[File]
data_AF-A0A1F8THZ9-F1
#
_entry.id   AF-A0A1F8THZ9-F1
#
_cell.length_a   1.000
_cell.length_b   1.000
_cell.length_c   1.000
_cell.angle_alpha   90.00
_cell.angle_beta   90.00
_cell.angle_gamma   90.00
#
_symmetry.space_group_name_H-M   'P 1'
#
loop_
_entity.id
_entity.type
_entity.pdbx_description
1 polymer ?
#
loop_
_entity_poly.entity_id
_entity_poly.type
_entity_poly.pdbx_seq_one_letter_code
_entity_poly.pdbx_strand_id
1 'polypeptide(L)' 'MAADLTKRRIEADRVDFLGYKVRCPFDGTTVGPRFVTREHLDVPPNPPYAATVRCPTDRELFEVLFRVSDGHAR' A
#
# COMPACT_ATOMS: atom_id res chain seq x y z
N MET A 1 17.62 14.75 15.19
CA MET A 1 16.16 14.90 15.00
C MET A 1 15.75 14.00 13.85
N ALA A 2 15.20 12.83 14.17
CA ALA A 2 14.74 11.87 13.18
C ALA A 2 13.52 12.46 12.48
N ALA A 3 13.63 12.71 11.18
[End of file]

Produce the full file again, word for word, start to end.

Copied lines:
data_AF-A0A1F8THZ9-F1
#
_entry.id   AF-A0A1F8THZ9-F1
#
_cell.length_a   1.000
_cell.length_b   1.000
_cell.length_c   1.000
_cell.angle_alpha   90.00
_cell.angle_beta   90.00
_cell.angle_gamma   90.00
#
_symmetry.space_group_name_H-M   'P 1'
#
loop_
_entity.id
_entity.type
_entity.pdbx_description
1 polymer ?
#
loop_
_entity_poly.entity_id
_entity_poly.type
_entity_poly.pdbx_seq_one_letter_code
_entity_poly.pdbx_strand_id
1 'polypeptide(L)' 'MAADLTKRRIEADRVDFLGYKVRCPFDGTTVGPRFVTREHLDVPPNPPYAATVRCPTDRELFEVLFRVSDGHAR' A
#
# COMPACT_ATOMS: atom_id res chain seq x y z
N MET A 1 17.62 14.75 15.19
CA MET A 1 16.16 14.90 15.00
C MET A 1 15.75 14.00 13.85
N ALA A 2 15.20 12.83 14.17
CA ALA A 2 14.74 11.87 13.18
C ALA A 2 13.52 12.46 12.48
N ALA A 3 13.63 12.71 11.18